Many years ago, Gartner created the Hype Cycle to provide a “graphic representation of the maturity and adoption of technologies and applications.” Although many people have since picked apart the Hype Cycle and pointed out all the examples of technologies that did not follow this cycle, there is an undeniable wisdom to it, one that I believe is also relevant to product.
When I was at Pinterest and now, in many conversations with founders and product leaders, I notice that many features go through their own hype cycle:
First, there would be the “Trigger”. It might have been a brainstorming idea, a hackathon project, an insight from user research, or a strategic decision from someone. Whatever the catalyst, the idea would start to gain internal momentum and visibility. Documents would be written, designs perfected, prototypes built. And expectations would quickly rise. I’ve written about my own experience here — the rush of feeling like something you were working on was going to be the most. important. feature. you’ve. ever. shipped. TRANSFORMATIVE!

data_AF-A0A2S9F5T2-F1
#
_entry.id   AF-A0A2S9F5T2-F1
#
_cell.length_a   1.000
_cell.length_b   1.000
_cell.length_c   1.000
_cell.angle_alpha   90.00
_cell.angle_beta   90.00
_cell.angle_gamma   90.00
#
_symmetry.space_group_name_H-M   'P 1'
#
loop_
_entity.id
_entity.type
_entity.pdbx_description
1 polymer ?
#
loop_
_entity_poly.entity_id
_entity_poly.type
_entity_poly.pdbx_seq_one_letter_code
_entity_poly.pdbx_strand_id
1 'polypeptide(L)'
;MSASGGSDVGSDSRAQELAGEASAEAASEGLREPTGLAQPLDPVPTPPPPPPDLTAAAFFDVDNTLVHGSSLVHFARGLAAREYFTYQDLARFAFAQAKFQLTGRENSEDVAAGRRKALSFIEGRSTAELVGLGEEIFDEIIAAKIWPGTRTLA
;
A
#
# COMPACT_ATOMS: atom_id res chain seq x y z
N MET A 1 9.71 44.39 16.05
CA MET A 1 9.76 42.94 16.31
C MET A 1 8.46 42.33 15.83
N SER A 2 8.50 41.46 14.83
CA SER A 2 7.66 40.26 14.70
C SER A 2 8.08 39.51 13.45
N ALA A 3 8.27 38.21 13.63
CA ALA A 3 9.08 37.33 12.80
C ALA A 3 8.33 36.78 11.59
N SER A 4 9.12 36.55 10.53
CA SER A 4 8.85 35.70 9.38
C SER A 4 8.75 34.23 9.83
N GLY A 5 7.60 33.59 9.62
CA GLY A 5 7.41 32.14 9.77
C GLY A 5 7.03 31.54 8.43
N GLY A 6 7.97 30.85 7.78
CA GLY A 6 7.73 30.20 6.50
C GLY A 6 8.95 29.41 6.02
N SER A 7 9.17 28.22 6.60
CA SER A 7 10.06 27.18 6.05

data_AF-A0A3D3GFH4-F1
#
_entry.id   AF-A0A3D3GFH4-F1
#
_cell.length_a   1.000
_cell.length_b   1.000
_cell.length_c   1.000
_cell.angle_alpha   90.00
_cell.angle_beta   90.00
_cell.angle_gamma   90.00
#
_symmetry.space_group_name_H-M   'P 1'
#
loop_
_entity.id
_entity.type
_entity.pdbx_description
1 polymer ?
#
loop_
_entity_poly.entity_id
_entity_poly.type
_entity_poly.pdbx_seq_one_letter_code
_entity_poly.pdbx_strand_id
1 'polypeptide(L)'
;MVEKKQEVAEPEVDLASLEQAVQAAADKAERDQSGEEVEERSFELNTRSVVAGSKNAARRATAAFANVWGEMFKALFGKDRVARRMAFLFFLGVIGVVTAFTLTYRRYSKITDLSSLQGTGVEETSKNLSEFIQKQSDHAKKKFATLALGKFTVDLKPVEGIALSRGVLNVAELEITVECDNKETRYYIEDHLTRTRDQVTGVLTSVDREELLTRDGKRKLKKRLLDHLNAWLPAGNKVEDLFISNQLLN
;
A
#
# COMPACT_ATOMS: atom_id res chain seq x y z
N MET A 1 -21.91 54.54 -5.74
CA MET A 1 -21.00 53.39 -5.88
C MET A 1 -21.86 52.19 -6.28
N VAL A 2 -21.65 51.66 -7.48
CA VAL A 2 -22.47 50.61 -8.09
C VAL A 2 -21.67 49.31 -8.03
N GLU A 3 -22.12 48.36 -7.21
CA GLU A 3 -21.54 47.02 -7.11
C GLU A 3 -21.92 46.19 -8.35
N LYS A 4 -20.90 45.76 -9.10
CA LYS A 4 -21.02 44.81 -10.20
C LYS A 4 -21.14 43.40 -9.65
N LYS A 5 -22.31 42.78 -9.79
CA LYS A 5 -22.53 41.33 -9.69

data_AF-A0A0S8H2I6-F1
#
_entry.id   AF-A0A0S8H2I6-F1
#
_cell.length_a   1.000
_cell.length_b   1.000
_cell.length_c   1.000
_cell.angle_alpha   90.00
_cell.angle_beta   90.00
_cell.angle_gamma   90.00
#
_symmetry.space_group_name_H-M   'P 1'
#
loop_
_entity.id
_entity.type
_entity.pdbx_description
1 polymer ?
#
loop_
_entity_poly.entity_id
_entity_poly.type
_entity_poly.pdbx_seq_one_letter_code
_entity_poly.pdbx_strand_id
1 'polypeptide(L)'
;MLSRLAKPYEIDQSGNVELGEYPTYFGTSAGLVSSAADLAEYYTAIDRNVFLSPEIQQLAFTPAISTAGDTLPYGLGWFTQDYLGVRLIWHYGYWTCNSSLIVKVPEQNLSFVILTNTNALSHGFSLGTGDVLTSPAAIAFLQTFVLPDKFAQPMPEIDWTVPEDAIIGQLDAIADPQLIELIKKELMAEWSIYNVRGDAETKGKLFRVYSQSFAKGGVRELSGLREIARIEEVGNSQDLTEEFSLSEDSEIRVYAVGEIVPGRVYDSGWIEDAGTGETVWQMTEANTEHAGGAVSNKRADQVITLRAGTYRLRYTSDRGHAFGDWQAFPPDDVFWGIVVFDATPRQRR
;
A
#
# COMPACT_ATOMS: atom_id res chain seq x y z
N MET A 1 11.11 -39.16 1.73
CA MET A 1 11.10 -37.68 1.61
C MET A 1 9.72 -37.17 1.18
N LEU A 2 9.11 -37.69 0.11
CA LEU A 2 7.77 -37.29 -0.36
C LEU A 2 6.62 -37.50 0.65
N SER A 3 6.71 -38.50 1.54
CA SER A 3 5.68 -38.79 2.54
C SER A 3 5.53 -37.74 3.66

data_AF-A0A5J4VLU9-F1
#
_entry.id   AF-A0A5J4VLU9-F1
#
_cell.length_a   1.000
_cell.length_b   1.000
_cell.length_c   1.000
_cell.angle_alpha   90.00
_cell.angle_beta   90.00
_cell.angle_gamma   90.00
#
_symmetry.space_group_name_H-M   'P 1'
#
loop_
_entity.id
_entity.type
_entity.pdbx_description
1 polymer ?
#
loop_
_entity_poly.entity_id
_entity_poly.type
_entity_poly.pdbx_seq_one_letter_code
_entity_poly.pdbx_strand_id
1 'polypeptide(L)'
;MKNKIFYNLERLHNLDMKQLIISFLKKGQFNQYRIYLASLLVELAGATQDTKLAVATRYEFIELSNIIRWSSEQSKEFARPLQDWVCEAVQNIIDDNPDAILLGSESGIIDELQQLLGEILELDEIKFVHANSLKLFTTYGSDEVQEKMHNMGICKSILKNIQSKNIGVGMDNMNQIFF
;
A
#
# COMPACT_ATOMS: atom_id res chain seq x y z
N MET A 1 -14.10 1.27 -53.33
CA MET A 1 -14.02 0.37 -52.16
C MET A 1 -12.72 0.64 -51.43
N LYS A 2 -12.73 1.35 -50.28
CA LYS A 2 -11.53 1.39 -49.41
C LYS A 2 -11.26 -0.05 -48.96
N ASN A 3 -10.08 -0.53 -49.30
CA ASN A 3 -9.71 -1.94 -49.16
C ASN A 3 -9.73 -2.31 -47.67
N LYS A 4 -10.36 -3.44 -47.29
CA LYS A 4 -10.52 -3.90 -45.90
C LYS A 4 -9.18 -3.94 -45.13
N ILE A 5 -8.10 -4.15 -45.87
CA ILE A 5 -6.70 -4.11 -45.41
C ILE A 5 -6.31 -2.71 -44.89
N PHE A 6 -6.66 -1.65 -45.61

And then… you ship it. For the rare feature, the adoption is immediate and impactful. I always think of Instagram Stories as a perfect example of this. But most times, the enthusiasm for a feature plunges into the Trough of Disillusionment. Users aren’t discovering the feature, or they discover it but don’t try it, or they try it but don’t keep using it. And far too often, a product org and company move on to the next idea ascending its own peak of inflated expectations.
Of course, sometimes this is the right call. You had a hypothesis for a product, and guess what, you were wrong. But most times, this ends up meaning that the feature never has a chance to climb the Slope of Enlightenment and get to the Plateau of Productivity.
Just like not all consumer startups have the right-from-the-start launch of Facebook, not all features are Instagram Stories. It takes iteration — playing with how users discover the product, building and tuning the growth loops, adding additional depth to the feature, tweaking the copy, etc., to really give a feature a chance.
So before you move on, it’s worth asking yourself: are you giving up in the trough of disillusionment? And what would it take to climb the slope of enlightenment?
And don’t forget: It’s also worth taking a look at the features you already have that have been coasting in the plateau of productivity and ask yourself whether any might be worth replacing or even removing? …